The Triton


Kilted captain is world champion in Highland games events

Clad in a black kilt, his long hair tied behind him, Capt. Petrus Sundevall stoops and struggles to balance what appears to be a towering telephone pole upright in the palms of his hands. The caber, a 21-foot log weighing 125 pounds, points straight to the sky. He maneuvers to keep it upright as he runs, then tosses and flips it end-over-end. As it lands on the ground, it  creates a straight line within an imaginary sundial, and the closer it points to the sun at 12 o’clock, the better.

The caber toss is just one of the events in which Sundevall competed at the 17th annual Scottish Masters Heavy Events World Championships held in Hafnarfjordur, Iceland, in late June. At 43, he is this year’s caber toss reigning world champion in the masters lightweight division (over age 40 and under 200 pounds).

It is an ancient sport with no similarity to his daily work world, Sundevall said.

“It’s a welcome relief from the yacht industry, where people want things done yesterday even though they just gave it to you today,” he said.

Sundevall also won his class in Braemar stone, an event in which competitors must throw a 22- to 24-pound stone as far as they can while standing still, feet planted firmly in place. He competed in eight events that required such maneuvers as swinging and tossing a 42-pound ball with three links of chain; throwing a “hammer” with a 4-foot handle and a 22-pound weight attached; and throwing a 42-pound weight straight up over a bar set at 12 feet, which is then raised higher and higher. With points totaled from all eight events, Sundevall won second place overall in the world championships.

A former engineer and captain, Sundevall has skippered yachts including the 121-foot Azimuth M/Y Andiamo and the 147-foot Trinity M/Y Tajin. He started Fine Line Marine Electric in Fort Lauderdale after he and wife Kimber, former chief stew of the 174-foot Delta M/Y Silver Shalis,  had a daughter nine years ago and decided to be a land-based family.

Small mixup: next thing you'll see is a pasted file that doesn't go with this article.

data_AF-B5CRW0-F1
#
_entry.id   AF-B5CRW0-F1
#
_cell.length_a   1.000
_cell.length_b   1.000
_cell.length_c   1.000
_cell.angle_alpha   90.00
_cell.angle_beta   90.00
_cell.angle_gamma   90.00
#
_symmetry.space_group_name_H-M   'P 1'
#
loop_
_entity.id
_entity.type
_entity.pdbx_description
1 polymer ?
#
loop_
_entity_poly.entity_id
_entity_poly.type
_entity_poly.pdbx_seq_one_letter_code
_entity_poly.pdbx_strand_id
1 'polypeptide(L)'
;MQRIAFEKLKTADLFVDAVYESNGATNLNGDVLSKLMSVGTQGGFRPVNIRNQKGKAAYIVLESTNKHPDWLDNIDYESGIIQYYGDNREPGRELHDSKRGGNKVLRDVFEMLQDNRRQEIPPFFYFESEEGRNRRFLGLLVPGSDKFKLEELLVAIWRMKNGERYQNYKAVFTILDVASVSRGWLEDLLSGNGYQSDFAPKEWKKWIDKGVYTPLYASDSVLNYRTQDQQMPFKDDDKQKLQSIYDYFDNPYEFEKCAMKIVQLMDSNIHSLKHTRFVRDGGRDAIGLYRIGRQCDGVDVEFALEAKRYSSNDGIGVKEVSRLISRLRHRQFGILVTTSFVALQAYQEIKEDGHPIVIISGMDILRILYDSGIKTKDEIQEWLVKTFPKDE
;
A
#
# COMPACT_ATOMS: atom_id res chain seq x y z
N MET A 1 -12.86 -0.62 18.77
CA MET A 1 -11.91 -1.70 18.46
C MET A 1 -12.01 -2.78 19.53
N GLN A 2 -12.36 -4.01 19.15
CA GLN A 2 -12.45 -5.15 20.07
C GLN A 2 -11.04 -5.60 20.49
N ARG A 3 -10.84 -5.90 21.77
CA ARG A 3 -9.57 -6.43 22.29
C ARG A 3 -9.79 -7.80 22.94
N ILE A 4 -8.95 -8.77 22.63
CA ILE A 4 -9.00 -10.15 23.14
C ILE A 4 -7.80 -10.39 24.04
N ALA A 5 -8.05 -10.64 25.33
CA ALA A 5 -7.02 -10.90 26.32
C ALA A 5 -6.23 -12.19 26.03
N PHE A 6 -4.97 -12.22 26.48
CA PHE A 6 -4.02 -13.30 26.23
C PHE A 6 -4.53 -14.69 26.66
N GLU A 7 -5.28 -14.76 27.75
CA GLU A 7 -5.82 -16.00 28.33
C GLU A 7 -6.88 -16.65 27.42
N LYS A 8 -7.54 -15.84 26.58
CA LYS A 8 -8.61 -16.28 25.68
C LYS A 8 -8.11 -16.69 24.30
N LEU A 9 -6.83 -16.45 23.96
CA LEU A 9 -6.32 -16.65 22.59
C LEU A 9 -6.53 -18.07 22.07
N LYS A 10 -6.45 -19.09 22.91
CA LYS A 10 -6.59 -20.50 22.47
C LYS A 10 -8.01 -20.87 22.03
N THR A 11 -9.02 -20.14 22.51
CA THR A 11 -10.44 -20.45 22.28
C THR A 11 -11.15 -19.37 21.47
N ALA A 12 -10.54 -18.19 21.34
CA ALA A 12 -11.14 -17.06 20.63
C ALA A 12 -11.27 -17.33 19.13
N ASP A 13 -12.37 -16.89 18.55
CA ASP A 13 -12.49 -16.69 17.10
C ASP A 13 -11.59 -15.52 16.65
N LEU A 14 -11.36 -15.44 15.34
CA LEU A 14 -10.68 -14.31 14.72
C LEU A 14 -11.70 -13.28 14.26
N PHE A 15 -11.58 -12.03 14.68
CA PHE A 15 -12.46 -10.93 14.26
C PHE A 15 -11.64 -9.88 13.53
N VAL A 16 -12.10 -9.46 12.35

Sundevall said he was familiar with the competition as a youth, but got serious about trying it after he attended a Celtic festival in Fort Lauderdale about six years ago.

Highland Games

“I told Kimber, ‘Next year, I’ll do that,’” he said.

And he did. He competed as a beginner and won his class.

“It was fun. There were people from 25 to the geriatric, 60-plus crowd,” he said. “These people are all really different – they are really nice, happy and down-to-earth.”

Although competitors in Highland games are traditionally very large in size, Sundevall, who is 6 feet tall, competes in the lightweight class. By eating well and taking a break from his favorites — chocolate and ice cream — before competitions, he keeps his weight right at 199 pounds to stay in this class.

“This is for big, strong, fat people that want to compete,” Sundevall said with a laugh. “Plus, afterward, if you pull a muscle, the medicine is Scotch whiskey.”

Much of the Highland games are steeped in centuries of tradition and celebration of Scottish and Celtic culture, with costumes, bagpipes and dancing.

“Petrus competes in a solid black kilt with the Fine Line Marine Electric logo because he is not Scottish and has no clan kilt,” his wife said. “He is Swedish.”

A decathlete while growing up, Sundevall now trains with weights and yoga. Competition comes naturally, he said. “Sports are like a language – once you learn one, you can easily learn others.”

Sundevall said he looks forward to seeing competitors at next year’s competition in Stuttgart, Germany.

“They are so friendly and funny, it’s a real brotherly love and they always help,” he said. “It puts a big smile on my face.”

Dorie Cox is editor of The Triton. Comments on this story are welcome at

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About Dorie Cox

Dorie Cox is editor of The Triton.

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